A Kiwi couple's cruising adventures on America's Great Loop and around the coast of New Zealand

Friday, 27 May 2011

Navigating the USA

I always knew it was a different system of buoyaging in the USA, and I used to find it disconcerting when we sailed out of (or into) US ports during cruises that the buoys were on the “wrong side” of the ship. Over there the rule is “red, right, returning” (to the harbour), whereas here it is “there is no red port left in the bottle”, or (how I remember it) “we are right out of red port”. Then, passing through the Panama Canal, I couldn’t figure out the buoyaging at all! I won’t go into detail – you can look it up yourself – but, suffice to say that the Americas, Japan, Korea and the Philippines operate a different (and opposite) system to the rest of the world. So to do the Loop, we have to unlearn all our local knowledge and adapt to the US system.

If only it was that easy -  because, as it turns out, there is another system operating for the Intra Costal Waterway (ICW) and yet another for the Western inland waterways (Lakes and rivers).

In a previous posting, I mentioned a Kiwi who had done the Loop and brought his boat back home. Well, we managed to track him down (I will refer to him as Capt Pete) and we have had several visits and chances to admire his Meridian 459 (which is why we are keen on getting one). One of the things he warned us of was the lack of reference in many of the Waterway Guides and books about the Loop to the variances in the buoyaging systems, particularly when the ICW crosses conventional shipping channels. I have obtained the recommended guides from the USA and I must admit that, while there is some info about buoyaging in them, they do not really explain well the relationship between the systems. Capt Pete said he ran aground 4 times because of this confusion, until someone gave him the little gizmo in the pic below, after which he never grounded again.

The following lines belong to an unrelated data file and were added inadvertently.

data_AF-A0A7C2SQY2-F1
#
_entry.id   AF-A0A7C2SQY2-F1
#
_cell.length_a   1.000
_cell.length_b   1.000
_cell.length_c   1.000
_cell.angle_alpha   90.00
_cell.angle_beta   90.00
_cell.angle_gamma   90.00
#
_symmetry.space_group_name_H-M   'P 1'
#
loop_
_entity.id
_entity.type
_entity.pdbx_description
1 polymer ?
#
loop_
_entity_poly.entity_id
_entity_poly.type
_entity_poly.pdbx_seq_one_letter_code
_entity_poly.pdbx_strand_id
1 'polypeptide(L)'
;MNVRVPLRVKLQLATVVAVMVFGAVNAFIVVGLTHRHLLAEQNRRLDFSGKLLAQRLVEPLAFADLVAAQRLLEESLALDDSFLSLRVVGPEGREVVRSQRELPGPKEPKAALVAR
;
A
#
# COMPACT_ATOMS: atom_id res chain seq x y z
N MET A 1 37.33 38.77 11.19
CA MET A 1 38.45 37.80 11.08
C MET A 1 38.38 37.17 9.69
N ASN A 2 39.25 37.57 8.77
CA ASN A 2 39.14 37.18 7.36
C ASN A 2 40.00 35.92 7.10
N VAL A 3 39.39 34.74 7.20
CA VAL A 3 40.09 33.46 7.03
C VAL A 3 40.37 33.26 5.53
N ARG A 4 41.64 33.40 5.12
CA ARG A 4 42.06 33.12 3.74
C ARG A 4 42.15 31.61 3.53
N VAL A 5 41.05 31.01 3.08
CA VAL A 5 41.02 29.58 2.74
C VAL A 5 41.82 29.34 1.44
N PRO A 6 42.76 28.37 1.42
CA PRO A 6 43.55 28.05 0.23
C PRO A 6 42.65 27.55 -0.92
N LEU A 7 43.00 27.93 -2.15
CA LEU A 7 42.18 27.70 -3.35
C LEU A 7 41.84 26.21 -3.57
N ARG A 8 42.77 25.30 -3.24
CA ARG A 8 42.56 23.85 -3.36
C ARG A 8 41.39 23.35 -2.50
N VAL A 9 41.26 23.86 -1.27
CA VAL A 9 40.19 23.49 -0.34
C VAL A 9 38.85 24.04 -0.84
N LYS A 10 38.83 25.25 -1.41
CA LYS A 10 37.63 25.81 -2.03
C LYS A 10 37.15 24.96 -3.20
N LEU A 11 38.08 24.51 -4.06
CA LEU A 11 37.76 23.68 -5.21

This gizmo sticks to the helm dashboard, and when you go through the first set of buoys in a new system, you set the red and green caps to match the buoys and then use it for the rest of that waterway to tell you which side of the markers you should pass. Simple, huh! If anyone knows where I can get one from, please let me know (otherwise I will make one before we go).

I also found a US Coast Guard website that had a very good powerpoint presentation on it about buoyaging in all these areas. Some parts were still a little unclear so I have doctored it so I can understand it better based on information on other sites on the net. I don’t know how to put a powerpoint presentation on this blog, but can email it to anyone who wants it if they let me know. 

There is also a system of sound signals on the rivers that you need to know and adhere to because of the large amount and size of commercial barges using them. They consist of whistle or horn signals, or are spoken over the VHF radio with the number of the blasts or whistles being the side on which you should pass etc. ie 1 = port, 2 = stbd, or when all else fails 3 = going astern. It has been suggested that we have a label at the helm to remind us what these signals mean as getting it wrong could be disastrous. See more on: http://wiki.answers.com/Q/What_does_2_blasts_of_a_horn_on_a_boat_mean#ixzz1M087spmh

You can also get this information if you do a Safe Boating Course with someone like BoatUS. You can do this online for free at www.boatus.org/onlinecourse and at the end (providing you pass the final exam) you get a Certificate that says it is recognised by the US Coast Guard and should be enough to satisfy the Canadian requirements for proof of competence...... which is necessary if you wish to stay in Canada for more that 45 consecutive days. Just take note that when you enrole, although it will accept an overseas address, you have to declare that you live in one of the US States as the Certificate relates back to that State and some of the course content and exam questions reflect that States laws. I chose Illinois (and the Certificate I got says that I reside in Auckland, IL)......... but any State will do.

We should have some interesting moments on this voyage.

No comments:

Post a Comment